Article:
10 Other Documentaries about the Vietnam War to Check Out

Ken Burns and Lynn Novick’s The Vietnam War begins this week, though the 18-hour series is far from the first about the subject. Unlike Hollywood’s almost 15-year delay, documentary makers started trying to make sense of the war early on.

The Vietnam War has been a cultural touchstone for generations, though it resonates most with the baby boomers who served and protested and with generation X who lost family members and friends or grew up with survivors who struggled afterward.

The war long has been held up as a marker of American failure. George Bush declared in a speech before actions in Iraq and Kuwait, “I’ve told the American people before that this will not be another Vietnam, and I repeat this here tonight.” Similar refrains occurred at the start of military actions following 9/11, as each war invited armchair comparisons. Check out Robert Brigham’s book Is Iraq Another Vietnam for an in-depth discussion.

Starting about 1978, Hollywood’s first films showed the war as chaotic insanity. In his book Vietnam at 24 Frames a Second, Jeremy Devine cites the four horsemen — The Boys in Company C, Go Tell the Spartans, Coming Home, and The Deerhunter — as blazing the trail for bringing the war to the big screen. But unlike World War II films, Hollywood films about the Vietnam War focused on the jungle, the combat, and the overall experience. In production and representation, Apocalypse Now best captures all of these themes, though the documentary Hearts of Darkness: A Filmmaker’s Apocalypse provides further depth than the usual behind-the-scenes production documentaries.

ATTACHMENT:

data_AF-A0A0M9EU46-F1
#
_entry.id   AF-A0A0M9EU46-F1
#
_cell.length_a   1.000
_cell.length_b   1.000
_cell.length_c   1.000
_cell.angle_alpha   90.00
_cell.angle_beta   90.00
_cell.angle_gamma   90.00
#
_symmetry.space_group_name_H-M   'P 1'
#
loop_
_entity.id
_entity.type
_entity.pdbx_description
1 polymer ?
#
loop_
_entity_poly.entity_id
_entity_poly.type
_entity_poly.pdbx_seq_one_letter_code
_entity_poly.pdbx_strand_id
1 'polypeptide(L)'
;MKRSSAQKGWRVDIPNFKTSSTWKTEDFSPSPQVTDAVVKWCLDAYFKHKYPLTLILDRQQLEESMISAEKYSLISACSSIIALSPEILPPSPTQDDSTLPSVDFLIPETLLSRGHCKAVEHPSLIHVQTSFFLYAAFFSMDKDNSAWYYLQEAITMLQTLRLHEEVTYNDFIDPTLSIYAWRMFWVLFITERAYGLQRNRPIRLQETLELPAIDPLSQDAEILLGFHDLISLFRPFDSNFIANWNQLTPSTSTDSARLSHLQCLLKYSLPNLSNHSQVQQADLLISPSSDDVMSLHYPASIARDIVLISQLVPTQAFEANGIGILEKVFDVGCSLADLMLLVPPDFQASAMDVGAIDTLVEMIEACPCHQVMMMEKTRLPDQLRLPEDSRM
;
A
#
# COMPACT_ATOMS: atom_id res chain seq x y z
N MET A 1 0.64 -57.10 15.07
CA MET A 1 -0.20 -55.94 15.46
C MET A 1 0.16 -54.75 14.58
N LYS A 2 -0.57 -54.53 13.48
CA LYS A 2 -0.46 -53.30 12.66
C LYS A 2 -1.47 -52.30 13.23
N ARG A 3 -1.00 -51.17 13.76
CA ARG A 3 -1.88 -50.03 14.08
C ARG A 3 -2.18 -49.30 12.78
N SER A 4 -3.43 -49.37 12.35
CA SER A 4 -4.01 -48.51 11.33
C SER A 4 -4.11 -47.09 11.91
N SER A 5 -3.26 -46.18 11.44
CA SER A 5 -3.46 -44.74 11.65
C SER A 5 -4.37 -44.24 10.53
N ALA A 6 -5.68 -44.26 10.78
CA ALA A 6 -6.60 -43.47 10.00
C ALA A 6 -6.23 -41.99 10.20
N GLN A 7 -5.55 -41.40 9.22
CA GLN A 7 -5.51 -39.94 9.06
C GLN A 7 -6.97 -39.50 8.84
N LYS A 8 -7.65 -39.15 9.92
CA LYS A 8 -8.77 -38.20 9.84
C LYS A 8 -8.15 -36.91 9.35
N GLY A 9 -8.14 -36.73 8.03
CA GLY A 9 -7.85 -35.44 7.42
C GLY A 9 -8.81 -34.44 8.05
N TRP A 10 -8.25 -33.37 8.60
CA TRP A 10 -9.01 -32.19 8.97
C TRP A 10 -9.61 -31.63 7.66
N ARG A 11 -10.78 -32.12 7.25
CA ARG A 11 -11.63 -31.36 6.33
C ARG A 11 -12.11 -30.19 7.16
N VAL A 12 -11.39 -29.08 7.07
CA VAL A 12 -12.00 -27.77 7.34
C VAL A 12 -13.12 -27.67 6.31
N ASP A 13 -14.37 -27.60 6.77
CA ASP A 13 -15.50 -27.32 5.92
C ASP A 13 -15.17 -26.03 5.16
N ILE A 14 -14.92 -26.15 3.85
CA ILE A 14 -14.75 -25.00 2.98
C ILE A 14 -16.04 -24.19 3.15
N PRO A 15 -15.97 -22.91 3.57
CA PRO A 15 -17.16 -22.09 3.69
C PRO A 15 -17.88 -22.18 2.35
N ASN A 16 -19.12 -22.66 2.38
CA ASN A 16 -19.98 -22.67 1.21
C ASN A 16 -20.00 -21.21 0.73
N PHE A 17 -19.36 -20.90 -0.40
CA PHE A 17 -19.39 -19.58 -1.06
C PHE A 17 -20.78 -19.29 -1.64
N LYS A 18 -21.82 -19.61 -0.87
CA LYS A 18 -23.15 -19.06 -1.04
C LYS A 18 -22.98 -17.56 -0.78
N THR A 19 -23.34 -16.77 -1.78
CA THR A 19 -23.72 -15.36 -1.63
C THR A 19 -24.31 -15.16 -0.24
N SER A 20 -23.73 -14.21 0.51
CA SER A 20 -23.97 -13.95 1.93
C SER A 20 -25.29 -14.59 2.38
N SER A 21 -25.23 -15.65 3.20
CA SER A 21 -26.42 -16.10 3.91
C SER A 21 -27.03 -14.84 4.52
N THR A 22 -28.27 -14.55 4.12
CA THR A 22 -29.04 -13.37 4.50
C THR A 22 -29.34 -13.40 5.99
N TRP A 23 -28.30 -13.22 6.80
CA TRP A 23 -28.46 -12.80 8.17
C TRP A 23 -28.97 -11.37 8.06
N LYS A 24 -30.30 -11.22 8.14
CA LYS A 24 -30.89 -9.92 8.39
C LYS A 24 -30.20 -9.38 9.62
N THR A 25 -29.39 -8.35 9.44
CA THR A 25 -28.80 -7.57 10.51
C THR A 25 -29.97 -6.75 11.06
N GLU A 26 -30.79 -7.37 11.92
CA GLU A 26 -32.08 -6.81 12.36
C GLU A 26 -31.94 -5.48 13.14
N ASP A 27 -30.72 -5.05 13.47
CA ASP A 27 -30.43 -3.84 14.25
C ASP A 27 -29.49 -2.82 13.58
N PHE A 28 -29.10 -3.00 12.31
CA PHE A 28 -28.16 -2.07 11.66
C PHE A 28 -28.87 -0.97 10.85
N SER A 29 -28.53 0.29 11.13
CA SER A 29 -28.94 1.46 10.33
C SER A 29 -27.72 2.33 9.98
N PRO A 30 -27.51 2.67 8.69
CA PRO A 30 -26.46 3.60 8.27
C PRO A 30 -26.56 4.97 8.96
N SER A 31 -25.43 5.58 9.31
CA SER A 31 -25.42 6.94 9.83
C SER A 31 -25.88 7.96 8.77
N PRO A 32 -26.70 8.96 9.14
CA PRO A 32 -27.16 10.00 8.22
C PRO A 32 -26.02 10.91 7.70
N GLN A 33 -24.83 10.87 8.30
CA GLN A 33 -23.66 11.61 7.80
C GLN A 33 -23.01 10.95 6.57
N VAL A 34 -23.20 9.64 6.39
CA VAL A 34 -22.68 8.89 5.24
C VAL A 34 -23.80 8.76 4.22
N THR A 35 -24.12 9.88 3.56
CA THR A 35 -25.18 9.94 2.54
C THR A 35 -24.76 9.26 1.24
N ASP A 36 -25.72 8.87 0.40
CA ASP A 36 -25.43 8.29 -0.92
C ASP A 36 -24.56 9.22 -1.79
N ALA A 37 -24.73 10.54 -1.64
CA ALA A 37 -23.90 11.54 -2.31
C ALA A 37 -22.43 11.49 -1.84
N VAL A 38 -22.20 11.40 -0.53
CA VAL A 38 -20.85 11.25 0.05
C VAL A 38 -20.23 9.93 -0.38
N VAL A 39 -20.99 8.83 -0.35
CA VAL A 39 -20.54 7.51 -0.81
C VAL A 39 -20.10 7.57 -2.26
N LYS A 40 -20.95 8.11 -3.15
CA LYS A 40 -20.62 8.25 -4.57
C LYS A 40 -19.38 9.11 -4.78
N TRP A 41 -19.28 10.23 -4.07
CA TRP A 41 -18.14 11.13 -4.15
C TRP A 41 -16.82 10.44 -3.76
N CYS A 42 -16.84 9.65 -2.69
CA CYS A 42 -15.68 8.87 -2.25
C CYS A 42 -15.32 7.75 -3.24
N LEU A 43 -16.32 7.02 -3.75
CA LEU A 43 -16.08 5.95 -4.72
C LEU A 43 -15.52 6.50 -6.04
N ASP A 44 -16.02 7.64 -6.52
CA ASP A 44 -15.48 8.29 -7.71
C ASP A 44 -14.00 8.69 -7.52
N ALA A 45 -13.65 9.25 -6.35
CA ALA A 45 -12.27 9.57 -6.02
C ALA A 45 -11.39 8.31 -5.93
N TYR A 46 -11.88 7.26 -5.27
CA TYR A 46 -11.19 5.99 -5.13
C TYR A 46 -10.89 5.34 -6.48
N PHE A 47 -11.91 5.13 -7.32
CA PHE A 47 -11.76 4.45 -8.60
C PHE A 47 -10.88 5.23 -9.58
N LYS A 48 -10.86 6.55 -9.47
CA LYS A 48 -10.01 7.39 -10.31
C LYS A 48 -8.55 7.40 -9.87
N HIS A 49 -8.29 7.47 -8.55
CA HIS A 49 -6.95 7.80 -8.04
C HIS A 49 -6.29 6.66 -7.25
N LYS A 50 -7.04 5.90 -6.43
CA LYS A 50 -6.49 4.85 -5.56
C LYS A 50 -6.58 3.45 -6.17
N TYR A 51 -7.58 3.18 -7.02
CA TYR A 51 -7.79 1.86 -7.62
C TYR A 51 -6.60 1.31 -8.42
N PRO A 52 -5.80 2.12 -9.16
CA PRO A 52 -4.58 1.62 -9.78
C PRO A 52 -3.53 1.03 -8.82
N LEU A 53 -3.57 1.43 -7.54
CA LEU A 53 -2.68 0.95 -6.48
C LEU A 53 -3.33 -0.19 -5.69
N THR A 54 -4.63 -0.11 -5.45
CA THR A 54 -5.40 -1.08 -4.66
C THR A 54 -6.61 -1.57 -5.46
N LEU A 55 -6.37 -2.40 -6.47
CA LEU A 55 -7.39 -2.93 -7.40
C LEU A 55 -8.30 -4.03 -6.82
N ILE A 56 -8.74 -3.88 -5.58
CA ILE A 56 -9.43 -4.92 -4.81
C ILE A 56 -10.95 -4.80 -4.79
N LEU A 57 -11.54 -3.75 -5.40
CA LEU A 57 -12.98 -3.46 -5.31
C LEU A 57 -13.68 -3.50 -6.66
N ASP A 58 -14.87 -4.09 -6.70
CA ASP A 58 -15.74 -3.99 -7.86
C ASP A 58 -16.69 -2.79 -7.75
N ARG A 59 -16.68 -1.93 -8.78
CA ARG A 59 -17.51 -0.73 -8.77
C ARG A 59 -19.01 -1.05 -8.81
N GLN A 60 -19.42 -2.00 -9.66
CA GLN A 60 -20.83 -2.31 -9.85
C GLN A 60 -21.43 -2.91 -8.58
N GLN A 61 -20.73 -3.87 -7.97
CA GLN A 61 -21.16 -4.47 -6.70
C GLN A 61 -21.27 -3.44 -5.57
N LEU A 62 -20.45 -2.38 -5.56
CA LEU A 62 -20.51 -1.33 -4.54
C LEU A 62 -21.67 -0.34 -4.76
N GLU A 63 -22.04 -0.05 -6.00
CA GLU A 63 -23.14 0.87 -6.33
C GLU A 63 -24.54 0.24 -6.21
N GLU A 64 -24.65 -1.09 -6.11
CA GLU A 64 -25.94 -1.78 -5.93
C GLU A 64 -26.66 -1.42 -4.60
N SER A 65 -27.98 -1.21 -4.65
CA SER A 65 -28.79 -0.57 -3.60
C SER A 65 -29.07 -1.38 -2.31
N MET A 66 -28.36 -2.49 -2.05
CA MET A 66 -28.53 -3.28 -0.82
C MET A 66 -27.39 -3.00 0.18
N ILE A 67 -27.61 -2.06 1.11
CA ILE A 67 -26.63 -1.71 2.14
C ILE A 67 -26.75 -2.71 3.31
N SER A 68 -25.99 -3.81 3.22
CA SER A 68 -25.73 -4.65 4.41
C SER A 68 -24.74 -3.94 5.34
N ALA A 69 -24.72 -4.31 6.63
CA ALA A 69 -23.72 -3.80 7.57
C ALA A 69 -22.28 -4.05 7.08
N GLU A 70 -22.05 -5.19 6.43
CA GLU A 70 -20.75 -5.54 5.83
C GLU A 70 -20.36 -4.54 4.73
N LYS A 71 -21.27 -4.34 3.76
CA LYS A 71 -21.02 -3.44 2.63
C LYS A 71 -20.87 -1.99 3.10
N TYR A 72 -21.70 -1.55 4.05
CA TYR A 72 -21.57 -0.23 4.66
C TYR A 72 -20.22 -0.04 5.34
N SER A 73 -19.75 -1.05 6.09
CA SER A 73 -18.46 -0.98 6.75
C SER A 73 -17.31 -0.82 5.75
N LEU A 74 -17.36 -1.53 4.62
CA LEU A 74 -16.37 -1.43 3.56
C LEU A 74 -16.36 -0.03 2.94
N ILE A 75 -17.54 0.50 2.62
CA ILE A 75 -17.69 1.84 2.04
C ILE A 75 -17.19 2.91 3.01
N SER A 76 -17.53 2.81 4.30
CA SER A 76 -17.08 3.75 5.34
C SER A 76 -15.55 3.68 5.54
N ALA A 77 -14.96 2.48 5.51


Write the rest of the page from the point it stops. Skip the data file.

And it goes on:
PBS aired a series titled Vietnam: A Television History. Broadcast in 1983 as part of the American Experience series, the 13 episodes provided a chronology of events that was well received. In 1997, PBS rebroadcast the series, this time omitting episode 2 (“The First Vietnam War”) and episode 13 (“Legacies”). The later released DVD series also excluded these episodes. These omissions drew criticism for their tampering with history, and some criticisms went so far as to call it “censorship.”

Here are 10 documentaries about the Vietnam War and its aftershocks to explore if you seek more information beyond the upcoming Burns and Novick film. Even though it covers an immense variety of perspectives, no single documentary — even at 18 hours — can give voice to everyone.

1. Hearts and Minds (Peter Davis, 1974)

A Vietnamese who lost his family during a bombing angrily protests the situation and its futility in Hearts and Minds.